Category Archives: Art education

Drink and draw with art city eugene

I made drawings today at art city Eugene! The event was held at Sam Bonds Brewing hosted by Barbara for art city Eugene!

Follow her at.
I did stand up comedy and drew some of the artists as well as the model.



Music was provided by this cool electronic artist, impercept.

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Human ottoman rotoscope project.

I’m working on animation for a music video for Human Ottoman. I am attempting a style known as “rotoscoping.” This was used by Disney artists, in the Beatles film,  “Yellow Submarine” and Ralph Bashki in his film “American Pop.”

Click here to see it in action?

and Here! 

Here are some pictures   

Basicallly, I put a projector on a keyboard stand pointing down onto my desk.

 From there, I bring up the movie I am tracing and go frame by frame. Then I will edit the drawings in Photoshop. The layers tool allows me to stack them by assigning different layers more transparency. Then I think I will use Apple iMovie to put them together and “print” as a moving image.

I can do wild weird effects to the drawings, color them, or cut them up and move them around stop motion stlyle. I will post more here when I finish.

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Ocean and aquarium paintings

I teach art at Mecca some Saturdays. Here are some photos of my lesson’s results. 
This is a nudibranch I guided an 8 year old boy to draw. I broke it down to basic shapes and encouraged him as he went.

This young girl is drawing a whale. 

This child appeared to put on too much water. Cool skull though.

A sunken ship! I didn’t prompt them to draw that. Notice the crystalline trees to the right. Or are they houses?

You can see the bright oil pastels show through the blue water based paint. Sometimes the students use colored pencil or crayons. 

Coral and layered paint.


This was an example I made to show them how.

After drawing fish, eels, sea anemones, sea turtles, jellys, coral and sea weed, the children paint blue over with sponges.

Some students abandon their drawings, so I recycle their pages to guide other students. I like to not finish my projects so that students don’t imitate me fully. I like this lesson because it doesn’t have to be changed for older kids, just expect more detail out of them. In most projects, for some reason, I get push back from kids when I ask them to put in more when I think they aren’t done. This project usually has less of that, perhaps because there is always more to put in the ocean. I’m going to mail these to my niece in Amsterdam to put up on the wall around her cradle. I hope they aren’t nightmare inducing.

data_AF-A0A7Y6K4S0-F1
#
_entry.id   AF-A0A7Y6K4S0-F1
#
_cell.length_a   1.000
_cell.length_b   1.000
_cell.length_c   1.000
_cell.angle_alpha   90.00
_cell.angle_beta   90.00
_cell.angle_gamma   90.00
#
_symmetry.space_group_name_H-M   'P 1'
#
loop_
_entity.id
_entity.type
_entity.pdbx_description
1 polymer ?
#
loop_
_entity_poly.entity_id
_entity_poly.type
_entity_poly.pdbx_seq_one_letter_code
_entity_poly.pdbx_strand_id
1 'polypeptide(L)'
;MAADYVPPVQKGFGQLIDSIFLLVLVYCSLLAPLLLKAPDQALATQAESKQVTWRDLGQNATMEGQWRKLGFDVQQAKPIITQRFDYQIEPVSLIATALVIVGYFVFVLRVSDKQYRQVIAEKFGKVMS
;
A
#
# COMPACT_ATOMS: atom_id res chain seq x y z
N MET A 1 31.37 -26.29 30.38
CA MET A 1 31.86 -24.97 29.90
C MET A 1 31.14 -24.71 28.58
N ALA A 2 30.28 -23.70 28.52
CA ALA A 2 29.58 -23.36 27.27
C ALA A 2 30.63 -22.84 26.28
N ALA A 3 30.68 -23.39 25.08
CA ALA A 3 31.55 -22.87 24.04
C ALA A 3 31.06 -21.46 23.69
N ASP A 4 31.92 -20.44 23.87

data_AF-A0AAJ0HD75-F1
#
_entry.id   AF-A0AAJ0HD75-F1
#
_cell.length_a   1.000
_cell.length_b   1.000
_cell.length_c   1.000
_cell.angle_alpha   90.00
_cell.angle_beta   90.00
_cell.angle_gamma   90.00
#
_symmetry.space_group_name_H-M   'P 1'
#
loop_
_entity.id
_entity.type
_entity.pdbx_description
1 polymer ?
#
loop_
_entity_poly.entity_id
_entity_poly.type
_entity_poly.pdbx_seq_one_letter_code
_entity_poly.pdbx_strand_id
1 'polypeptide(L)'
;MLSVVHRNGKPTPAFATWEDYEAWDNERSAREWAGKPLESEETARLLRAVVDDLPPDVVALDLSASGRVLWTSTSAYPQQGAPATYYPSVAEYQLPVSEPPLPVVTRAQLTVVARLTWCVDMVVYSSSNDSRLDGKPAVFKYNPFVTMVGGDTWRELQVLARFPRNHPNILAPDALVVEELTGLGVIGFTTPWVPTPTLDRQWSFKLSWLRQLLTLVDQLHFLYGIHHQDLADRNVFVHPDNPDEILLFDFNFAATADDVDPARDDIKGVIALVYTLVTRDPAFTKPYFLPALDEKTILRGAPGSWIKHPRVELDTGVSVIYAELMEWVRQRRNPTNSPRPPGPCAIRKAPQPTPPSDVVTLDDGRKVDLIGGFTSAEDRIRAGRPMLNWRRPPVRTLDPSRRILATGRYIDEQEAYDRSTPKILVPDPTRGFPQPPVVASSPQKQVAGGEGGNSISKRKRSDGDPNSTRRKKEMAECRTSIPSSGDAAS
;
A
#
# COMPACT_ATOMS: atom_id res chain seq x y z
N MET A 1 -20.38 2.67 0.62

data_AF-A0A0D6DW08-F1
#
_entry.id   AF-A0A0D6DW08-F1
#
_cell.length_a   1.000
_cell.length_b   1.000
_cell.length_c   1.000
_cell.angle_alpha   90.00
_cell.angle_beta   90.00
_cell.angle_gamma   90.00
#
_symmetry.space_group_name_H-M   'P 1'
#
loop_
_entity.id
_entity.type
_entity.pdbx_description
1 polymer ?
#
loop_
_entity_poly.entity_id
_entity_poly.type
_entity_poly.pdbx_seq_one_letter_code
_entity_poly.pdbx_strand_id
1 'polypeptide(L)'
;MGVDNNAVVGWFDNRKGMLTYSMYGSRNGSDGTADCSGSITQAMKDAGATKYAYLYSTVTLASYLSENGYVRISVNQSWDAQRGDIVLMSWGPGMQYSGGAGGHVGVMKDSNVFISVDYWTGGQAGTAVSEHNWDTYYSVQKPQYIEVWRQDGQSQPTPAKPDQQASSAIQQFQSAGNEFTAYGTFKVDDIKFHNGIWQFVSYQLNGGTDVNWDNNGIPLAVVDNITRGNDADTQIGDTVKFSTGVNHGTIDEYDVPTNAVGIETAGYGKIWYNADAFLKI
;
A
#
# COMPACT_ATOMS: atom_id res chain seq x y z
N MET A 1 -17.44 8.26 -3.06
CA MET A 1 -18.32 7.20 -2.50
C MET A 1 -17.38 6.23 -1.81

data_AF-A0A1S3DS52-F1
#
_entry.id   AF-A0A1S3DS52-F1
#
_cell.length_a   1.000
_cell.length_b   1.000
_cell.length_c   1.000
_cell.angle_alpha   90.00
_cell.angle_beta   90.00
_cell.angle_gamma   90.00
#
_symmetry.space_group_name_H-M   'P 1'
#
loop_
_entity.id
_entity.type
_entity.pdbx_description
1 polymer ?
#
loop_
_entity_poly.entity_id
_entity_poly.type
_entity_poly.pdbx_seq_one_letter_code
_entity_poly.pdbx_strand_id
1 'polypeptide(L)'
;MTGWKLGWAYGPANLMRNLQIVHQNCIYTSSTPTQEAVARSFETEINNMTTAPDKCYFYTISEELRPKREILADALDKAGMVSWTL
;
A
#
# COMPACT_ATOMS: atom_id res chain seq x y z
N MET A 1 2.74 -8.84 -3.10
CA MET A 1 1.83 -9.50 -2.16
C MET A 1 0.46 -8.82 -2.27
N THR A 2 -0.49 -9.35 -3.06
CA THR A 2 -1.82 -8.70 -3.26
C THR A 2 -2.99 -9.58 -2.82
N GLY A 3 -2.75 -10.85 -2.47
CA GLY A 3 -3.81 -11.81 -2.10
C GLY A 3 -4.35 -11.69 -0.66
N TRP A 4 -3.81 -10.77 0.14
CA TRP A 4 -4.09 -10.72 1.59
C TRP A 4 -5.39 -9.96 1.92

I even got my mom to try this lesson.

Didn’t she make a nice scene with layers of paint? Her fish have some personality. You can try it at home or share with children.


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Eucon 2015, Terryl Whitlash and Kelly McMorris

I made it to Eugene’s second con this fall, Eucon! And I saw many amazing artists. By coincidence the author of this book was there.

I picked it up a few months ago from a Portland Art store and I’ve been sharing it with my students to many “oohs” and”aaahs.”
She was charming and answered questions and talked about her career. She told us the secret to making believable animals in fantasy worlds and films is to base them on the structures of real living animals. She shared with us how she would go about designing a “jabberwocky.” (she would combine a pteranodon, a rahmphorincus, with an Ethiopian  wolf, a long neck and a rabbit head)  I asked her what does the jabberwocky eat with those rabbit teeth? She said, “little girls!”

She said she wanted to illustrate biology but got into film almost by accident when Lucasfilm’s art director saw her work in her school’s gallery. Here is a long video about her career.

My favorite part of the video is where she says, “keep yourself teachable.”  
She is behind a massive free online course for designing fantasy animals, Creatures of Amalthea.

( maybe it’s an ad campaign for copic markers, but it’s pretty cool!)

Thank you Terryl, you are an inspiration.

I also met this fantastic Portland artist Kelly McMorris who illustrates for Disney, Scholastic and cricket magazine. Check her work out here. She has a blog where she talks about art technique! Wow, I could learn a lot from her.

Here are some of the coolest cosplayers I saw.

 What time is is? ADVENTURE TIME!

What kind of crazy fan fiction would have Marty Mcfly meet Ant Man?


 That adorable pink storm trooper outfit is made out of yoga mats!